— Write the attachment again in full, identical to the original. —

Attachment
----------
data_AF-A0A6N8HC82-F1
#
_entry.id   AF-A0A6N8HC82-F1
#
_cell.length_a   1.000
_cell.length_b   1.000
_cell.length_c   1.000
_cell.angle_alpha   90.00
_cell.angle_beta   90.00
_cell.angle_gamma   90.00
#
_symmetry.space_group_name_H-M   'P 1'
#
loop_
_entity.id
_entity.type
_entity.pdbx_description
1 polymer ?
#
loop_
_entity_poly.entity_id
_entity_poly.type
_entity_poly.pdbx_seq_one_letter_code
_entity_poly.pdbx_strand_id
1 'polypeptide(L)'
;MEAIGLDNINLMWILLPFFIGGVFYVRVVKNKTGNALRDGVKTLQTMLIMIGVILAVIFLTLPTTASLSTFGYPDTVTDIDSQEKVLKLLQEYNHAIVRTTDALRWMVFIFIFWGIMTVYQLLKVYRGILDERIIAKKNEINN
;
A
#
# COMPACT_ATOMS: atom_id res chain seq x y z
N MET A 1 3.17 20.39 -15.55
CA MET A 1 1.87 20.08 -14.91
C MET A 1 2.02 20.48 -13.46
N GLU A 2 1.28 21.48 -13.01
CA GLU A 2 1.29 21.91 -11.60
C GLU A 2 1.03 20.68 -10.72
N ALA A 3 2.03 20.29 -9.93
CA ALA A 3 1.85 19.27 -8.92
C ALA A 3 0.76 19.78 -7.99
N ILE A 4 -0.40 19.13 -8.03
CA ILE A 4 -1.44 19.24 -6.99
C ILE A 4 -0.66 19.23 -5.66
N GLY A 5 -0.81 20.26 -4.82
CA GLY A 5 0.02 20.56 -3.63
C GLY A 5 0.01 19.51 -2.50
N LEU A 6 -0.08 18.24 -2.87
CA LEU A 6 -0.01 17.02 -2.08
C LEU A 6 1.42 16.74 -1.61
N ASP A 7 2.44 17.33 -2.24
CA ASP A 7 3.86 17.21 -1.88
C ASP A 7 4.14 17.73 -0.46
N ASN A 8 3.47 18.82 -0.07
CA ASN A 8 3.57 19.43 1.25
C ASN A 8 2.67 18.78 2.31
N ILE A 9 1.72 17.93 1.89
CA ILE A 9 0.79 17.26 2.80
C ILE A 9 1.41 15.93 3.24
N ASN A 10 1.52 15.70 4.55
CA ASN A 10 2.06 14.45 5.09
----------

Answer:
data_AF-A0A6N8HC82-F1
#
_entry.id   AF-A0A6N8HC82-F1
#
_cell.length_a   1.000
_cell.length_b   1.000
_cell.length_c   1.000
_cell.angle_alpha   90.00
_cell.angle_beta   90.00
_cell.angle_gamma   90.00
#
_symmetry.space_group_name_H-M   'P 1'
#
loop_
_entity.id
_entity.type
_entity.pdbx_description
1 polymer ?
#
loop_
_entity_poly.entity_id
_entity_poly.type
_entity_poly.pdbx_seq_one_letter_code
_entity_poly.pdbx_strand_id
1 'polypeptide(L)'
;MEAIGLDNINLMWILLPFFIGGVFYVRVVKNKTGNALRDGVKTLQTMLIMIGVILAVIFLTLPTTASLSTFGYPDTVTDIDSQEKVLKLLQEYNHAIVRTTDALRWMVFIFIFWGIMTVYQLLKVYRGILDERIIAKKNEINN
;
A
#
# COMPACT_ATOMS: atom_id res chain seq x y z
N MET A 1 3.17 20.39 -15.55
CA MET A 1 1.87 20.08 -14.91
C MET A 1 2.02 20.48 -13.46
N GLU A 2 1.28 21.48 -13.01
CA GLU A 2 1.29 21.91 -11.60
C GLU A 2 1.03 20.68 -10.72
N ALA A 3 2.03 20.29 -9.93
CA ALA A 3 1.85 19.27 -8.92
C ALA A 3 0.76 19.78 -7.99
N ILE A 4 -0.40 19.13 -8.03
CA ILE A 4 -1.44 19.24 -6.99
C ILE A 4 -0.66 19.23 -5.66
N GLY A 5 -0.81 20.26 -4.82
CA GLY A 5 0.02 20.56 -3.63
C GLY A 5 0.01 19.51 -2.50
N LEU A 6 -0.08 18.24 -2.87
CA LEU A 6 -0.01 17.02 -2.08
C LEU A 6 1.42 16.74 -1.61
N ASP A 7 2.44 17.33 -2.24
CA ASP A 7 3.86 17.21 -1.88
C ASP A 7 4.14 17.73 -0.46
N ASN A 8 3.47 18.82 -0.07
CA ASN A 8 3.57 19.43 1.25
C ASN A 8 2.67 18.78 2.31
N ILE A 9 1.72 17.93 1.89
CA ILE A 9 0.79 17.26 2.80
C ILE A 9 1.41 15.93 3.24
N ASN A 10 1.52 15.70 4.55
CA ASN A 10 2.06 14.45 5.09